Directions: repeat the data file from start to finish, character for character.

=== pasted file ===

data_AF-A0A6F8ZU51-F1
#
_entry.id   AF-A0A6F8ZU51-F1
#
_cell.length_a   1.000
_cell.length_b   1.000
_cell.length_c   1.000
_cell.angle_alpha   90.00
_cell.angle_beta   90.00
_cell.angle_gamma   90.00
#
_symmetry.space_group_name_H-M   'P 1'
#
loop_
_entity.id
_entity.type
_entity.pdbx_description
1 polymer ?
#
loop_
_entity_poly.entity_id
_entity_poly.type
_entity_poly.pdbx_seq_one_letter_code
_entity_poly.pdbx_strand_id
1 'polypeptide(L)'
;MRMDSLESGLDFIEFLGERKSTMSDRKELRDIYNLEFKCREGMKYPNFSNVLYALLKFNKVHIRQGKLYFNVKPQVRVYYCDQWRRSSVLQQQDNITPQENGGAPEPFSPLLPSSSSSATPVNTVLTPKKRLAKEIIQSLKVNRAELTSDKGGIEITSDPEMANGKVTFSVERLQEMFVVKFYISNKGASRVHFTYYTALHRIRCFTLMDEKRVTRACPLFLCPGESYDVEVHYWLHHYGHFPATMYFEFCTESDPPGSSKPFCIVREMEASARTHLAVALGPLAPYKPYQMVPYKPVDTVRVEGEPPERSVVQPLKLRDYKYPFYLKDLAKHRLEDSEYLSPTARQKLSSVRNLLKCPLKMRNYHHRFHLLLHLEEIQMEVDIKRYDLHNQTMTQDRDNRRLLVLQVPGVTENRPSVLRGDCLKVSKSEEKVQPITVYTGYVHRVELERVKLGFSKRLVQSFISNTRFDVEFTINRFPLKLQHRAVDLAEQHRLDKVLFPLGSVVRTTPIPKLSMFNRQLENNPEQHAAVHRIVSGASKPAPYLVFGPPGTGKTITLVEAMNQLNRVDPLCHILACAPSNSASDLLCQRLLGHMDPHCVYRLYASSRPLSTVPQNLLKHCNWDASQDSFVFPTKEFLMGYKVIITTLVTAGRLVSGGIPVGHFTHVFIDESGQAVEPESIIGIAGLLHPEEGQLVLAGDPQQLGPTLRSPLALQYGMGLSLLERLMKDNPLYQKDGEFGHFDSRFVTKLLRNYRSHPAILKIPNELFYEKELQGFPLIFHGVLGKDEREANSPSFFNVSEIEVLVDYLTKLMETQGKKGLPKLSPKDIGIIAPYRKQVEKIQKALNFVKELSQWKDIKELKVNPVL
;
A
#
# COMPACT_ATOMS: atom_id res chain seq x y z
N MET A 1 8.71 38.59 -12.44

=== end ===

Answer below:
data_AF-A0A6F8ZU51-F1
#
_entry.id   AF-A0A6F8ZU51-F1
#
_cell.length_a   1.000
_cell.length_b   1.000
_cell.length_c   1.000
_cell.angle_alpha   90.00
_cell.angle_beta   90.00
_cell.angle_gamma   90.00
#
_symmetry.space_group_name_H-M   'P 1'
#
loop_
_entity.id
_entity.type
_entity.pdbx_description
1 polymer ?
#
loop_
_entity_poly.entity_id
_entity_poly.type
_entity_poly.pdbx_seq_one_letter_code
_entity_poly.pdbx_strand_id
1 'polypeptide(L)'
;MRMDSLESGLDFIEFLGERKSTMSDRKELRDIYNLEFKCREGMKYPNFSNVLYALLKFNKVHIRQGKLYFNVKPQVRVYYCDQWRRSSVLQQQDNITPQENGGAPEPFSPLLPSSSSSATPVNTVLTPKKRLAKEIIQSLKVNRAELTSDKGGIEITSDPEMANGKVTFSVERLQEMFVVKFYISNKGASRVHFTYYTALHRIRCFTLMDEKRVTRACPLFLCPGESYDVEVHYWLHHYGHFPATMYFEFCTESDPPGSSKPFCIVREMEASARTHLAVALGPLAPYKPYQMVPYKPVDTVRVEGEPPERSVVQPLKLRDYKYPFYLKDLAKHRLEDSEYLSPTARQKLSSVRNLLKCPLKMRNYHHRFHLLLHLEEIQMEVDIKRYDLHNQTMTQDRDNRRLLVLQVPGVTENRPSVLRGDCLKVSKSEEKVQPITVYTGYVHRVELERVKLGFSKRLVQSFISNTRFDVEFTINRFPLKLQHRAVDLAEQHRLDKVLFPLGSVVRTTPIPKLSMFNRQLENNPEQHAAVHRIVSGASKPAPYLVFGPPGTGKTITLVEAMNQLNRVDPLCHILACAPSNSASDLLCQRLLGHMDPHCVYRLYASSRPLSTVPQNLLKHCNWDASQDSFVFPTKEFLMGYKVIITTLVTAGRLVSGGIPVGHFTHVFIDESGQAVEPESIIGIAGLLHPEEGQLVLAGDPQQLGPTLRSPLALQYGMGLSLLERLMKDNPLYQKDGEFGHFDSRFVTKLLRNYRSHPAILKIPNELFYEKELQGFPLIFHGVLGKDEREANSPSFFNVSEIEVLVDYLTKLMETQGKKGLPKLSPKDIGIIAPYRKQVEKIQKALNFVKELSQWKDIKELKVNPVL
;
A
#
# COMPACT_ATOMS: atom_id res chain seq x y z
N MET A 1 8.71 38.59 -12.44